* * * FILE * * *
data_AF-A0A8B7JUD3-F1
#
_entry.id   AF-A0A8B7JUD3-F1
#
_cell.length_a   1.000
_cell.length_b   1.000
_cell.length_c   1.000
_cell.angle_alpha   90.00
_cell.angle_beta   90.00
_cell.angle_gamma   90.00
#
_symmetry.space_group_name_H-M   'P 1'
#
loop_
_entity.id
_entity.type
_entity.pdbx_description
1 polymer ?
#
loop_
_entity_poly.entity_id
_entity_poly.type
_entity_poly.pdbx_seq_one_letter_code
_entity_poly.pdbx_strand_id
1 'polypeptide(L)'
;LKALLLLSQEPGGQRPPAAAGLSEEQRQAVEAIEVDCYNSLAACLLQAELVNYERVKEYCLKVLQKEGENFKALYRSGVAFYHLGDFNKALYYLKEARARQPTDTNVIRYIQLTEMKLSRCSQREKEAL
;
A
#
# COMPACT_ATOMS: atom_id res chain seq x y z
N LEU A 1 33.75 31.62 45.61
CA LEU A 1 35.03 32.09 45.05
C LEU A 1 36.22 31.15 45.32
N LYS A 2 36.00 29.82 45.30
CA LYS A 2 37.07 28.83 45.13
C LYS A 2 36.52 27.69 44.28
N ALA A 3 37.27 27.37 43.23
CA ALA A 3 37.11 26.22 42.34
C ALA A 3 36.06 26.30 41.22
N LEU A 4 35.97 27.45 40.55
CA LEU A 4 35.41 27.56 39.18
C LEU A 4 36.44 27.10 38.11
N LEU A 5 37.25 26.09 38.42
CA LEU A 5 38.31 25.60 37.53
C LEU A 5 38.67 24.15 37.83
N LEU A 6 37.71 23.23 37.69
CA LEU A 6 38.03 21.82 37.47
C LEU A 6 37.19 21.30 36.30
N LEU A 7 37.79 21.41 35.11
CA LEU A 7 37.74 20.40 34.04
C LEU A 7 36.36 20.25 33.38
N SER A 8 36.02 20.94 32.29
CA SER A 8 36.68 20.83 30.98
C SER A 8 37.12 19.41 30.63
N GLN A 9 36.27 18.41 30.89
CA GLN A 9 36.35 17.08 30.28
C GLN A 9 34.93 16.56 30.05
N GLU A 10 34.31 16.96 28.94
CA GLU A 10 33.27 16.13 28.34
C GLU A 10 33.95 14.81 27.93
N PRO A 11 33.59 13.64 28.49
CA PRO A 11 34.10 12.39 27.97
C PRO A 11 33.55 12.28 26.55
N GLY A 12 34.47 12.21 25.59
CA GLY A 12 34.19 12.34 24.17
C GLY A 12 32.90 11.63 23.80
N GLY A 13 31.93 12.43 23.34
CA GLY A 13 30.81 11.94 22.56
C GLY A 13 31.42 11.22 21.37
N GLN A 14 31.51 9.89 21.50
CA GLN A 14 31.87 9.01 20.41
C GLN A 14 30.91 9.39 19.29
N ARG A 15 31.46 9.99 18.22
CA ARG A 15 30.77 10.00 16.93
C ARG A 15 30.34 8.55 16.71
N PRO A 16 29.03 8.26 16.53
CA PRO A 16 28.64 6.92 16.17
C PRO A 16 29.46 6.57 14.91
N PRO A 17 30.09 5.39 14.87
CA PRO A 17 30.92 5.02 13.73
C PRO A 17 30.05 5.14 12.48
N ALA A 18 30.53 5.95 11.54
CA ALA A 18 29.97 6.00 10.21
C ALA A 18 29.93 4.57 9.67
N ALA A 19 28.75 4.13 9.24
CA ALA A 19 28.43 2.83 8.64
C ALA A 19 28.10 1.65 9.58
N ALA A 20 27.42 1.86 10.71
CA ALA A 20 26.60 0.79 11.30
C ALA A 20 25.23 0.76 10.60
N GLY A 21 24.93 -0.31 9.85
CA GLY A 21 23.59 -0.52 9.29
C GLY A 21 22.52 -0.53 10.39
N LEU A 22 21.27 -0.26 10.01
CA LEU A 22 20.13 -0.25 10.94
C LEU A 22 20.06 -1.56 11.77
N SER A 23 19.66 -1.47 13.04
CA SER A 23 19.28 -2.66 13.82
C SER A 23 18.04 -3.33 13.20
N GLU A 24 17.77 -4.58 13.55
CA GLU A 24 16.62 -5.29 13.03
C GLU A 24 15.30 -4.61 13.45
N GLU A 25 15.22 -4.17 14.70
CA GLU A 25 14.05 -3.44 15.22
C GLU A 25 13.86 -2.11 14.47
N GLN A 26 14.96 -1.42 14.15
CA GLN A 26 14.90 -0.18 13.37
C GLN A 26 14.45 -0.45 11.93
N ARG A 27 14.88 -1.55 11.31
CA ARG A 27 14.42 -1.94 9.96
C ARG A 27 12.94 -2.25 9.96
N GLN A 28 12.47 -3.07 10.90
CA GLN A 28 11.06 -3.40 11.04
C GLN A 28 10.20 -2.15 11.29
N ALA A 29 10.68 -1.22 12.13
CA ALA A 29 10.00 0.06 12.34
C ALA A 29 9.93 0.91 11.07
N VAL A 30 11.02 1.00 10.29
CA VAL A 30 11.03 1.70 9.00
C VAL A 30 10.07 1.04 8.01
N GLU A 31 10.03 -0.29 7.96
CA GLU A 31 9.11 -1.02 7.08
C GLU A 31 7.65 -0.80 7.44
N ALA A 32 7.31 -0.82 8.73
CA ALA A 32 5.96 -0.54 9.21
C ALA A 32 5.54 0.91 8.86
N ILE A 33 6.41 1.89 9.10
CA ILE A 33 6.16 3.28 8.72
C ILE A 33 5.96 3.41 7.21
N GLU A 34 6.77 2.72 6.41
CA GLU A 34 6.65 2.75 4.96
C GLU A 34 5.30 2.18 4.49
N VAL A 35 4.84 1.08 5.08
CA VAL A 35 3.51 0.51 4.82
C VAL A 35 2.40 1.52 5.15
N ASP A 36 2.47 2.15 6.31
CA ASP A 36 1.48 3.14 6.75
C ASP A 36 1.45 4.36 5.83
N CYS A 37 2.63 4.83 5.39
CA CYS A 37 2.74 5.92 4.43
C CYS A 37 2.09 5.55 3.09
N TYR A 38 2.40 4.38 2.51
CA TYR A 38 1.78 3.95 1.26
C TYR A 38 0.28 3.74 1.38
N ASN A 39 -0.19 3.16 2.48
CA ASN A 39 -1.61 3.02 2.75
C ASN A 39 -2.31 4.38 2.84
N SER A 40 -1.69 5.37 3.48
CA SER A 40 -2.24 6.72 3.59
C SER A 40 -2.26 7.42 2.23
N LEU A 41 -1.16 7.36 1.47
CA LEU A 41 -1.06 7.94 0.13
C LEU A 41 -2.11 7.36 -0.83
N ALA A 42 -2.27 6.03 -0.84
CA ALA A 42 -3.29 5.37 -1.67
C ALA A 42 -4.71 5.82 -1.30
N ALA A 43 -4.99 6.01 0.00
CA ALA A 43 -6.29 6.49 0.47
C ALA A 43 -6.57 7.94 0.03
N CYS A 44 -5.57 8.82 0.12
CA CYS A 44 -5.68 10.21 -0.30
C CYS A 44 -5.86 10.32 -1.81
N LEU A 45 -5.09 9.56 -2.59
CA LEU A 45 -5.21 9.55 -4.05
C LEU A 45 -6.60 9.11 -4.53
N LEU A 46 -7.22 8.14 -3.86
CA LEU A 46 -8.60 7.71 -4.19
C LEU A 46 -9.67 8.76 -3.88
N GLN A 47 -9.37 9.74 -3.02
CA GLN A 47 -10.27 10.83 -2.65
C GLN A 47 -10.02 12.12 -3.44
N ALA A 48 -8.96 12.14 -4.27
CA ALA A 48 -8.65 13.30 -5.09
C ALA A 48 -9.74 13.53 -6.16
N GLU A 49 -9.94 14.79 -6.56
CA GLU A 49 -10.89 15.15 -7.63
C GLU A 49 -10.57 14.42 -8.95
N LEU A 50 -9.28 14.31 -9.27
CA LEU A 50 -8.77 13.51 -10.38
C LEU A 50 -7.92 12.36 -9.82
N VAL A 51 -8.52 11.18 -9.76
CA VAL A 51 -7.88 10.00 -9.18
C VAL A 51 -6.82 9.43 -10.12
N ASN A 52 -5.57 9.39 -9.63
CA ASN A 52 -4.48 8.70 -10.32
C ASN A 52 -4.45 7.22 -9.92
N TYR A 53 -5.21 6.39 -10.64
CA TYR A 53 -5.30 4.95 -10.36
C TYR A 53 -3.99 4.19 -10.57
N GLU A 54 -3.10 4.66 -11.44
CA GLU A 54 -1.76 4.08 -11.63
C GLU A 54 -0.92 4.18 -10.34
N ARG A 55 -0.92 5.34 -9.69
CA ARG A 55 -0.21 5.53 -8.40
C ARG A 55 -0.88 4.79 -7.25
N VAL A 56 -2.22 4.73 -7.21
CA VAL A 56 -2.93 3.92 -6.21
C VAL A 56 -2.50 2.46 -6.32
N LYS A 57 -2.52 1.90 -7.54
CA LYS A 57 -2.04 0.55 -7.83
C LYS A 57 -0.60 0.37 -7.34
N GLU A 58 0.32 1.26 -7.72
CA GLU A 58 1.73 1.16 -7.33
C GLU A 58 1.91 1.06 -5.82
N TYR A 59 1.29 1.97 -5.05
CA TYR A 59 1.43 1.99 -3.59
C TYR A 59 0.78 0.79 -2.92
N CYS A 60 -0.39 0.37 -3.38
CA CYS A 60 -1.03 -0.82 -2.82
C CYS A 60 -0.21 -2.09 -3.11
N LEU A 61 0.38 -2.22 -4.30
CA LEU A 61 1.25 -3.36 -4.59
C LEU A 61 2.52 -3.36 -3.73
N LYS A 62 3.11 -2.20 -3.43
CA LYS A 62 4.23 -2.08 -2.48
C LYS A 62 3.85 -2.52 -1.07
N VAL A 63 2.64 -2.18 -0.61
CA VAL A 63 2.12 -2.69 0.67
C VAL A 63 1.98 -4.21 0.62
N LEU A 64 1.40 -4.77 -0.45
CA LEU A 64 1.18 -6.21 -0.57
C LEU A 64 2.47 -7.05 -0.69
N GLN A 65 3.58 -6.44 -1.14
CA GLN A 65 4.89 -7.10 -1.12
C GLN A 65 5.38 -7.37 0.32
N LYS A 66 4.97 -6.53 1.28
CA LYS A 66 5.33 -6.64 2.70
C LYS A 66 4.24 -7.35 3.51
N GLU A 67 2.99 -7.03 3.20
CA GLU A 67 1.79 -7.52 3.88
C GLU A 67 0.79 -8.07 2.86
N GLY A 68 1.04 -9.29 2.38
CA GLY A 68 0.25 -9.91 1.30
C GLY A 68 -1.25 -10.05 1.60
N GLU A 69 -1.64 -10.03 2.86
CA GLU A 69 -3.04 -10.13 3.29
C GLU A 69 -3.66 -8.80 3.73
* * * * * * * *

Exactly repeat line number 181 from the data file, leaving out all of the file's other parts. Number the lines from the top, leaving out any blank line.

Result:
N VAL A 51 -8.52 11.18 -9.76